BETHLEHEM (Ma'an) -- Hamas will not be bound by any agreement reached between the Palestinian Authority and Israel, senior party leader Moussa Abu Marzouk says.
In an interview in Cairo with US newspaper The Forward, Abu Marzouk pointed out that when Israeli Prime Minister Benjamin Netanyahu came to power, he chose not to abide by the Oslo Accords signed by his predecessor Yitzhak Rabin.
In the same way, a future Hamas government will not be bound by any peace treaty agreed by President and Fatah leader Mahmoud Abbas, he said.
Abu Marzouk, deputy chief of the Hamas politburo, proposed a "hudna" or truce between Israel and Palestine, similar to Israel's arrangement with Lebanon and Syria.
"It’s better than war and better than the continuous resistance against the occupation. And better than Israel occupying the West Bank and Gaza, making all these difficulties and problems on both sides."
Hamas objects to talks with Israel but allows the Fatah-led PA to negotiate under a previous understanding, Abu Marzouq said.
But any agreement reached between the PA and Israel must be subject to a referendum and approved by all Palestinians, including refugees in the diaspora, Abu Marzouk added.
"All of the Palestinians should vote about this," he said.
The agreement must include the right of all Palestinian refugees to return to their land, he added.
Regarding Hamas' pledge in November to join in Fatah's civil resistance during a reconciliation meeting in Cairo, Abu Marzouq said the strategy did not mean the group renounced armed resistance.
Abu Marzouk noted that Israeli forces had killed thousands of Palestinian civilians, many more than the number of Israeli civilians killed by Palestinian militants.
"You cannot compare between the civilians killed by Israel and the civilians killed by the resistance."
While Israel usually apologizes for civilian deaths, and Hamas doesn't, "the killing is killing," Abu Marzouq said.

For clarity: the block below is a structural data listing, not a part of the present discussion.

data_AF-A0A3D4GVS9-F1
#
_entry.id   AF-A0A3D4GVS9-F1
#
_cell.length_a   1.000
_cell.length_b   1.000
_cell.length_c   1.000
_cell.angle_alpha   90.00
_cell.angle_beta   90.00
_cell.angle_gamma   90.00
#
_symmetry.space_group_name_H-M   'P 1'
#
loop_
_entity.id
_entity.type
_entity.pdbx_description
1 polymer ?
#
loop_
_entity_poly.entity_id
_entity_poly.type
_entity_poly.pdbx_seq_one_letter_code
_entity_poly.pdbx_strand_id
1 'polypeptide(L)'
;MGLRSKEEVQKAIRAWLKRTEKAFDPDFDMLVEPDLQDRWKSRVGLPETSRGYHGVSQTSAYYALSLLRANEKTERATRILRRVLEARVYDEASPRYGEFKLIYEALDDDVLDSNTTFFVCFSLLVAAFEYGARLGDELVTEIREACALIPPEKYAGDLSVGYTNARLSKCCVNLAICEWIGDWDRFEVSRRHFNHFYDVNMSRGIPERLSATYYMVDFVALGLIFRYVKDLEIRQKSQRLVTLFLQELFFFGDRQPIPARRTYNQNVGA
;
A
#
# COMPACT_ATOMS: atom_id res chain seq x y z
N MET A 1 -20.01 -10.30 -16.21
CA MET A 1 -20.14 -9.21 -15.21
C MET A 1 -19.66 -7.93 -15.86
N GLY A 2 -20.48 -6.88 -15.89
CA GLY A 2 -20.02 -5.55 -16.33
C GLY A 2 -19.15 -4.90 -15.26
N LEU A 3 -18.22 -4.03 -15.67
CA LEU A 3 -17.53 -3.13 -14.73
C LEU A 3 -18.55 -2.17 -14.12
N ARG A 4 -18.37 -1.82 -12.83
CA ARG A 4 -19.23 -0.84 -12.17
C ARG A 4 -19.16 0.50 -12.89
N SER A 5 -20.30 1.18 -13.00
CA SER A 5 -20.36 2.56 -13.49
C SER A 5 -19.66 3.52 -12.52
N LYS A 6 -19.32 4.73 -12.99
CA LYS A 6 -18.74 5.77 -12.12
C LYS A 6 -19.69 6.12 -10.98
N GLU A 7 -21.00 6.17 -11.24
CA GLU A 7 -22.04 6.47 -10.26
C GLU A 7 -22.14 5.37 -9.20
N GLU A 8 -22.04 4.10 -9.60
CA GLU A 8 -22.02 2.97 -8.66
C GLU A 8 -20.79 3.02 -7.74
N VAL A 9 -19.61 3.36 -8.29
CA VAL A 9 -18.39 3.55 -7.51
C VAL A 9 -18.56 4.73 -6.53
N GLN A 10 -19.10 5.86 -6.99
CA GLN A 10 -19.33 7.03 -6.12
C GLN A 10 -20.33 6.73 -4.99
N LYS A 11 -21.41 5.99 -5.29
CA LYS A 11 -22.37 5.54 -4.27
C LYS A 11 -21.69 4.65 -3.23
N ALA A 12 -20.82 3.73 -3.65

Hamas' policy is "against targeting any civilian," he added.
Abu Marzouq said Hamas differentiates between the Israeli occupation and the Jewish people.
"We don’t have originally something against the Jew as a religion or against the Jew as a human being," he said. "The problem is that the Israelis kicked out my family. They have occupied my land and injured thousands of Palestinians."
Regarding American support for Israel, Abu Marzouq said it stemmed from sympathy for the historical suffering of the Jewish people.
"Those people who have sympathy for the Jews [in Israel], it’s because of their history with the Jews. If you look carefully at what happened to the Jews in Moscow or Madrid, in Spain or in Germany or Poland, that's very bad ... Anyone who historically his father or grandfather did something like that [to the Jews], he should be ashamed."
Abu Marzouq is widely considered as a potential successor to Hamas chief Khalid Mashaal, who in January announced his intention to retire.
The politburo of Hamas is appointed by the Shura council, which has yet to publicly accept Mashaal's resignation.
If the council reappoints Mashaal as head of the politburo, for what would be his third term, he must accept the decision or provide acceptable reasons to refuse.